Looking for ways to get started in system administration? In this Skills article, we’ll provide an overview of resources that will help you on your way. If you’re unfamiliar with the basics of what a system administrator does, we recommend starting with this introduction.
There is no traditional path for acquiring the technical skills needed as a system administrator, according to Enable Sysadmin. “Some sysadmins have an associate or college degree, and some don’t. Depending on when a sysadmin began their career, he or she might have a variety of technical certificates ... or none at all.” Here, we provide an array of options with which to plot your own course of study.
1. Work with Linux
Sysadmins need a strong working knowledge of Linux to manage and configure essential computer systems. If you’re just getting started with Linux, Jack Wallen recommends trying one of the five distributions described below to ensure initial success.
- Elementary OS—This elegant, Ubuntu-based distro is user-friendly and pleasing with a desktop layout that feels instantly familiar.
- Ubuntu Linux—Ubuntu is one of the most stable and user-friendly distributions available.
- Linux Mint—Linux Mint offers users three choices: Cinnamon, Mate, and Xfce, and beginning users should consider either Cinnamon or Mate.
- Zorin OS—Zorin OS has been designed from the ground up to make Windows users feel at home.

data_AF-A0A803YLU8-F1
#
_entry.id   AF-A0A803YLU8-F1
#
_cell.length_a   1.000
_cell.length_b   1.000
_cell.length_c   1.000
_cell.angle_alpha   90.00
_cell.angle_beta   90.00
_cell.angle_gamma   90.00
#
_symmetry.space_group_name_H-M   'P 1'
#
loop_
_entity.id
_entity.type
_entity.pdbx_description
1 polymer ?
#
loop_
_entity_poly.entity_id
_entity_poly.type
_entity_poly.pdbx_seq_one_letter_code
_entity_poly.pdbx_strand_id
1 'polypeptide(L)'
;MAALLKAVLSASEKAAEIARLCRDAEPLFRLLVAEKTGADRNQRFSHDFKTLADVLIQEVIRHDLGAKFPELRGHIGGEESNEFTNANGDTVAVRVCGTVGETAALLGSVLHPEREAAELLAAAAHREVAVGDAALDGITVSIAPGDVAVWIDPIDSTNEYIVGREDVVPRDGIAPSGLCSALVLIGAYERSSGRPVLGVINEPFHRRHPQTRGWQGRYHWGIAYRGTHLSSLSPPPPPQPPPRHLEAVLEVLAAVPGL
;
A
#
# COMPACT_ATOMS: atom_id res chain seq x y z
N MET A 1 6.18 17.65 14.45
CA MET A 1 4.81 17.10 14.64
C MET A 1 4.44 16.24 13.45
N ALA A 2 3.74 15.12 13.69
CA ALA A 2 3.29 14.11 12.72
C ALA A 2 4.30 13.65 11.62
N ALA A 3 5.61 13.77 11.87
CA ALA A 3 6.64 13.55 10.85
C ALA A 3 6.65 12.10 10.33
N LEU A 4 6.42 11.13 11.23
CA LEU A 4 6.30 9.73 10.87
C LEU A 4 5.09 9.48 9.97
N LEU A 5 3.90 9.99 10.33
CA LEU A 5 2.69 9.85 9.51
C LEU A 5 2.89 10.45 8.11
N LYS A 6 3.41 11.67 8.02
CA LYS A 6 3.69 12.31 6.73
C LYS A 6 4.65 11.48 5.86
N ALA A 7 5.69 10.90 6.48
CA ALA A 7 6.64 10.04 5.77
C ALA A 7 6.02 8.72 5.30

- Ubuntu Budgie—There’s next to no learning curve for this Ubuntu-based Linux distribution that impresses with its beauty and simplicity.
If you have some Linux experience, consider one of these distributions recommended by Geekflare to build an environment in which to practice your skills.
2. Understand the Fundamentals
These books and resources will provide a deep grounding in Linux philosophy and practice to help you understand both the overall concepts as well as a practical approach to system administration.
- Linux in Action by David Clinton—This book is designed to help you acquire a solid range of Linux administration skills.
- Linux Kernel in a Nutshell by Greg Kroah-Hartman—Comprehensive overview of kernel configuration and building, a critical task for Linux users and administrators.
- The Linux Philosophy for SysAdmins: And Everyone Who Wants To Be One by David Both—Understand why many things in the Linux and Unix worlds are done as they are, and how to apply the Linux Philosophy to working as a sys admin.
- The Practice of System and Network Administration, 3rd Edition by Thomas A. Limoncelli, Christina J. Hogan, and Strata R. Chalup—This book describes the essential practices of system administration.
- UNIX and Linux System Administration Handbook, 5th Edition by Evi Nemeth, Garth Snyder, Trent Hein, Ben Whaley, and Dan Mackin—The definitive guide to installing, configuring, and maintaining any UNIX or Linux system.
- Wizard Zines by Julia Evans—This collection of zines and comics offers quick and easy introductions to Linux administration and development topics.
3. Develop Your Skills
Self-paced training courses are a practical way to acquire skills at your own convenience. These offerings will provide a strong foundation in the essentials of system administration.
- Complete Linux Training Course to Get Your Dream IT Job 2022—This Linux administration course from Udemy prepares you for RHCSA, RHCE, and LFCS certifications.
- Coursera Linux Server Management and Security—Dive into how Linux works from an enterprise perspective.
- LFS101x Introduction to Linux—This free course can help you develop a good working knowledge of Linux using both the graphical interface and command line across the major Linux distribution families.
- LFS201 Essentials of Linux System Administration—Learn the skills and processes you need to work as a professional Linux systems administrator.